In that case; non shedding breeds, short coated breeds, and hunting dogs (but not water retrieval) are a good match. You’ll notice Terrier breeds all fall into this category.
The Basenji is a sharp and active working dog with a high amount of energy. Which means they’ll need a very high amount of running and stimulation every day. They certainly function best when given a “job”.
While still kind and caring, these breeds can be a handful for those who can’t handle their independent nature.
2. Bichon Frise
Cheerful, loving, and a little trouble maker, the Bichon Frise has plenty of personality to share with everyone around her.
They share a lot of characteristics of a toy poodle, with their soft frizzy coat and toy face.
The Bichon is described as affectionate, silly, and gentle. They prefer to be your full-time companion, so they do not like being left alone for long periods of time.
Chihuahuas sometimes (and unfairly) receive a bad reputation. While they can certainly be noisy, they’re actually wonderful companions.
Chihuahuas all have one thing in common – they’ll choose who their owner is and stick to them for life. They can often be described as “Velcro” dogs, as they’ll be stuck to your side wherever go. Thankfully their small size makes them easily portable.
Dachshunds (or “Doxies”) are wonderful little companions that spend their days playing and napping. They adapt well to just about any family routine, as long as it’s with the ones they love.
These little dogs are incredibly bright, which makes teaching new tricks and routines an absolute joy. However, they are known to be stubborn in some aspects, especially when it comes to potty training.
While they typically don’t smell bed, they may find something interesting to roll in that could carry a foul scent.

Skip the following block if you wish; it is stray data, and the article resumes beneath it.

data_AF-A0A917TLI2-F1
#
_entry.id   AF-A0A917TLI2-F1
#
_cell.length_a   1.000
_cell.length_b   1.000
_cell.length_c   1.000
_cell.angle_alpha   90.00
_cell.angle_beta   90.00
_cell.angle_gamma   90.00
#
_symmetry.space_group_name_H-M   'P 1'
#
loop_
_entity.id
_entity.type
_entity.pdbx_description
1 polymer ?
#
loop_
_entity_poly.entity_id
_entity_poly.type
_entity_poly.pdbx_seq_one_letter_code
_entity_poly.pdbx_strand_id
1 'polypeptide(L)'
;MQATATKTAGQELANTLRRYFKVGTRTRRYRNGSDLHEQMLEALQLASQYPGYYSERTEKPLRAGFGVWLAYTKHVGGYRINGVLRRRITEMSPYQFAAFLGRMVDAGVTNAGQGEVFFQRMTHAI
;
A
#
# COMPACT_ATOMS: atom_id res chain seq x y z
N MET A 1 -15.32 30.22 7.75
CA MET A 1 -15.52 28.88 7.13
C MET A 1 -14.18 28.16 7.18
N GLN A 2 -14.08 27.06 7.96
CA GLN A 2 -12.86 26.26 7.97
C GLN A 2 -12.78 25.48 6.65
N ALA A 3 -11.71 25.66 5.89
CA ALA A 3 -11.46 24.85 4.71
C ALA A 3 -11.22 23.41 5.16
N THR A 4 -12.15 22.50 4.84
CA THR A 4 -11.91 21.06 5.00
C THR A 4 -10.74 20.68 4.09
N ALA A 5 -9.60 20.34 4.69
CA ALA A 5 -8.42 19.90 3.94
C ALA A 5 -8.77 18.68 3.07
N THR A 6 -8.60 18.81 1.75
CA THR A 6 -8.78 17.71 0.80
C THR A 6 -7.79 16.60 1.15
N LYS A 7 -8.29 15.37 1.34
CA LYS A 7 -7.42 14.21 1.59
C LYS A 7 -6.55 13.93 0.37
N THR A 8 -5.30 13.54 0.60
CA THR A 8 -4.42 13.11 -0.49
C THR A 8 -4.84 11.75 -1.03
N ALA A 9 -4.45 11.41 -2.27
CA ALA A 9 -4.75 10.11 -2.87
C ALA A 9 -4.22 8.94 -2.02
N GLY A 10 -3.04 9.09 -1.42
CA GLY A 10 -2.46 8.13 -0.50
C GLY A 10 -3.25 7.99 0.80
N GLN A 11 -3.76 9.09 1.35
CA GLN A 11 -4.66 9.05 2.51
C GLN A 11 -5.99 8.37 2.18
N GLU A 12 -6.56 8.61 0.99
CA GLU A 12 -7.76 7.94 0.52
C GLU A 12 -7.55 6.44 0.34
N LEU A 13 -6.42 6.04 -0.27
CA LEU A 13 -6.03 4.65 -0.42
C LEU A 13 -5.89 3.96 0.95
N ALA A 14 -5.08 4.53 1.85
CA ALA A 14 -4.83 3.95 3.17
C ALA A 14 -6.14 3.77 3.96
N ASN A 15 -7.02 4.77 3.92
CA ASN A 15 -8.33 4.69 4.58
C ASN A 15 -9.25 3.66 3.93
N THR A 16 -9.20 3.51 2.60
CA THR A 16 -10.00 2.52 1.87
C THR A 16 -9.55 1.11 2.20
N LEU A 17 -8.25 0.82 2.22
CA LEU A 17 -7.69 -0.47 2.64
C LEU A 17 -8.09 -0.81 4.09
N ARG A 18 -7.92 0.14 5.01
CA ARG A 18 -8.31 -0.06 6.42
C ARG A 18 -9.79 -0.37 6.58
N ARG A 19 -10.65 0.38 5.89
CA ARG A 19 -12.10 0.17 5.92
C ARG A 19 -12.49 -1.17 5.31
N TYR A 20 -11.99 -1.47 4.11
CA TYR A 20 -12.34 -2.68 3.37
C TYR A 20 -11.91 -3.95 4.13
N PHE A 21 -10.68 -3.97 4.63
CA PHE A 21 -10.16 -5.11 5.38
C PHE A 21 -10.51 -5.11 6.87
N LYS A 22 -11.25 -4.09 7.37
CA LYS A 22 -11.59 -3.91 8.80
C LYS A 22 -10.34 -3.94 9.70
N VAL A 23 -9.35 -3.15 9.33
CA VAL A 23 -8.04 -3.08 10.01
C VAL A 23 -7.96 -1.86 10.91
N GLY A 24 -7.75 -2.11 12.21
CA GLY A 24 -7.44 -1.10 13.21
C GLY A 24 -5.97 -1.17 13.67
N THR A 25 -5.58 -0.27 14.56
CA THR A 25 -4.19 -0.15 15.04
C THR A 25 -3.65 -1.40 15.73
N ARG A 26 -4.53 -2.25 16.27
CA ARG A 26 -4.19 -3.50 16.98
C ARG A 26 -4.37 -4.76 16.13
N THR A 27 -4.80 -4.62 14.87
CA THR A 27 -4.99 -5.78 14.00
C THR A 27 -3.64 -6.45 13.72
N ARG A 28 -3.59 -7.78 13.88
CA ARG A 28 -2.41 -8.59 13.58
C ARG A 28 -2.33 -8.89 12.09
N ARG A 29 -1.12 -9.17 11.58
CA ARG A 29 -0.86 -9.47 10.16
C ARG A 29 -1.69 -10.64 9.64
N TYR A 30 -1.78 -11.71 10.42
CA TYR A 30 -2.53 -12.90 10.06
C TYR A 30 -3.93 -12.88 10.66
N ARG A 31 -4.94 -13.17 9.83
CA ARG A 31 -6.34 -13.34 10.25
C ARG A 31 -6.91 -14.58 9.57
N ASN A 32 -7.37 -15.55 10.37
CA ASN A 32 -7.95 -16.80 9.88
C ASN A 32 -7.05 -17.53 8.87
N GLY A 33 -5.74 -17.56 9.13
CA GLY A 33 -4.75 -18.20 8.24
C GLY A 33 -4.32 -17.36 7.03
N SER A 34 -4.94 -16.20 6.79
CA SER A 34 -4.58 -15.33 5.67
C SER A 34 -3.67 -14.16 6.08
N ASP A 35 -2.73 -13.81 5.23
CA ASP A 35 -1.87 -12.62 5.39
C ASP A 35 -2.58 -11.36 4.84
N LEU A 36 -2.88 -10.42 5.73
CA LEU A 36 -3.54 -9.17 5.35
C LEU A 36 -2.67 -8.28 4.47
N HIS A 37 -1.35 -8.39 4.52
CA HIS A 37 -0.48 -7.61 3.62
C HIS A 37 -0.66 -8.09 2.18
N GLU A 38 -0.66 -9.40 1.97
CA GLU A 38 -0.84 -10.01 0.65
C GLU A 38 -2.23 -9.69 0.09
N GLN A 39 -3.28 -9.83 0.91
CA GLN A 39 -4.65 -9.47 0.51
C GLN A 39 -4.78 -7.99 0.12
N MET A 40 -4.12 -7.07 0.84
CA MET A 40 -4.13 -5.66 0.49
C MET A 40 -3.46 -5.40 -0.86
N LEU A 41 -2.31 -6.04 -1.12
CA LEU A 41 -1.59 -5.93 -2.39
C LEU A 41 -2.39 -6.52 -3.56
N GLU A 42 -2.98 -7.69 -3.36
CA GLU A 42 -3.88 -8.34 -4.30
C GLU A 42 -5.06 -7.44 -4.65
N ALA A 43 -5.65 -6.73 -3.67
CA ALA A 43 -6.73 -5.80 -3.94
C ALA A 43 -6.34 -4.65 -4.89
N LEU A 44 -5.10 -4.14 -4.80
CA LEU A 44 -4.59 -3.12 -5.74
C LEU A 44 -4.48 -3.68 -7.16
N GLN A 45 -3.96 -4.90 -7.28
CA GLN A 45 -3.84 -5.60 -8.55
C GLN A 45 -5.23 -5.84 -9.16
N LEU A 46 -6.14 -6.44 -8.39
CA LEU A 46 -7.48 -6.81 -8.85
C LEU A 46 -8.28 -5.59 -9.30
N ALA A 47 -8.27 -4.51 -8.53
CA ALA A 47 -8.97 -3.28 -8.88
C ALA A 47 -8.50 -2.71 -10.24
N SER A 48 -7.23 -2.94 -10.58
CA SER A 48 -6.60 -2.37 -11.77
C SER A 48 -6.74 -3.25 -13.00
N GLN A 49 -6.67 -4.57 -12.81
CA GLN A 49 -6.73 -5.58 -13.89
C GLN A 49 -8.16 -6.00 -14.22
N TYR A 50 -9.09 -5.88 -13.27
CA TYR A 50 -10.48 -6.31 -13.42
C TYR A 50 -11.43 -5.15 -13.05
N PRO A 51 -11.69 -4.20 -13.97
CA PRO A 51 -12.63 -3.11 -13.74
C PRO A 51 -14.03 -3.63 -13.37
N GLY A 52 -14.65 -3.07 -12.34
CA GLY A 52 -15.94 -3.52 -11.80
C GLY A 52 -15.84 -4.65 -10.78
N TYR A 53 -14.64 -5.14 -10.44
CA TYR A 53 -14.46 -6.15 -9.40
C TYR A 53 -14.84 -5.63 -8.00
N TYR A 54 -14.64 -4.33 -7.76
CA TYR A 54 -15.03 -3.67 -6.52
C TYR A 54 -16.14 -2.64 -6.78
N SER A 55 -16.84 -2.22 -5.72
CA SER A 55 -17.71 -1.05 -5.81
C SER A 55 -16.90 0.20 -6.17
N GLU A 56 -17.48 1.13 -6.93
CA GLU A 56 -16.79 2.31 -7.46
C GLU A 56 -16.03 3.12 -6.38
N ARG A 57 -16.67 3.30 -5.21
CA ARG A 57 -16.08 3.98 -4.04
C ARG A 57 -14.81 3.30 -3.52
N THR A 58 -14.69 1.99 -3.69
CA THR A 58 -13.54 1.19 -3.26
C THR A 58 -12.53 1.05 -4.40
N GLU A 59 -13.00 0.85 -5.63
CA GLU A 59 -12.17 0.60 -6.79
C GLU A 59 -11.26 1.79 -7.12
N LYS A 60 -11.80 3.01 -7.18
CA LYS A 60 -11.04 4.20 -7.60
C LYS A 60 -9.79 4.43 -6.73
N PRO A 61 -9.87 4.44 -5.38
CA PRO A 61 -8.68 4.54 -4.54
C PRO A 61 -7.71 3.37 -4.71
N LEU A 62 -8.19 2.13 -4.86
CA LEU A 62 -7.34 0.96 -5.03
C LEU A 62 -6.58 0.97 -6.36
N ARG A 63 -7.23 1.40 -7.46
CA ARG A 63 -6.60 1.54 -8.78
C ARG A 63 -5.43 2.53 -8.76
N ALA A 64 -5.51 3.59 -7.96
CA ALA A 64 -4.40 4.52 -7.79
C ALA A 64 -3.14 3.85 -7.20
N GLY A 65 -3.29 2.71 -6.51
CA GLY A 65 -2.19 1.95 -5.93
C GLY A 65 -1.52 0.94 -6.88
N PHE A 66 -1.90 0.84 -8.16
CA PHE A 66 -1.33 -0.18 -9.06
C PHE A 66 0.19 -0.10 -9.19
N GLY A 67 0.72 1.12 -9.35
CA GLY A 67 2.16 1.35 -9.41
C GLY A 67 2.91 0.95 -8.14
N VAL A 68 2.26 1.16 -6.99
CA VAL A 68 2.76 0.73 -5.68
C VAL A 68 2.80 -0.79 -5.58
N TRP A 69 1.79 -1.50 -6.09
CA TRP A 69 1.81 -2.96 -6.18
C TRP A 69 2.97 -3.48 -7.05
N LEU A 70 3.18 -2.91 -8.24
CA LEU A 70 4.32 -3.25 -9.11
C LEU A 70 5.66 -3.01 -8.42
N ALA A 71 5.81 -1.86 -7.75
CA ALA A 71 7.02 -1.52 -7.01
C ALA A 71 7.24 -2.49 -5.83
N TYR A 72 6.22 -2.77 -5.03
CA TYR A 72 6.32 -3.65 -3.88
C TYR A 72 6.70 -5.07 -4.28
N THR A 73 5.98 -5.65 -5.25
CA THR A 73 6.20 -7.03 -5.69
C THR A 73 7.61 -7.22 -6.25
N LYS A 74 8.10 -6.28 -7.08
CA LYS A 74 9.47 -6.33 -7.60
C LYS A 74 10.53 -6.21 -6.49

5. Doberman Pinscher
Looks can be deceiving with the gentle hearted Doberman. Bred for the specific duty of guarding, military, and police work, we humans have also been trained to see these dogs as threatening.
If you look through that tough-guy exterior you might find a gentle and compassionate companion. The Doberman is truly a fearless family guardian, but treats loved ones with kindness and cuddles.
Havanese have the biggest heart of all, and they’re absolutely in love with you. This is the epitome of a lapdog as they’re glued to your side and looking for a warm spot to nap at all times.
They’re quite adaptable to your lifestyle, but Havanese do not like being left alone and may bark and howl while you’re gone, which may make them difficult apartment dogs. They can be overly timid, but some early training and socialization can help curb their anxiety.
7. Jack Russel Terrier
The Jack Russel terrier is a fiercely independent and energetic breed. Originally bred to hunt foxes, they had to rely on their wits and speed to outrun the clever fox. As you might imagine, they can be a handful for the average owner.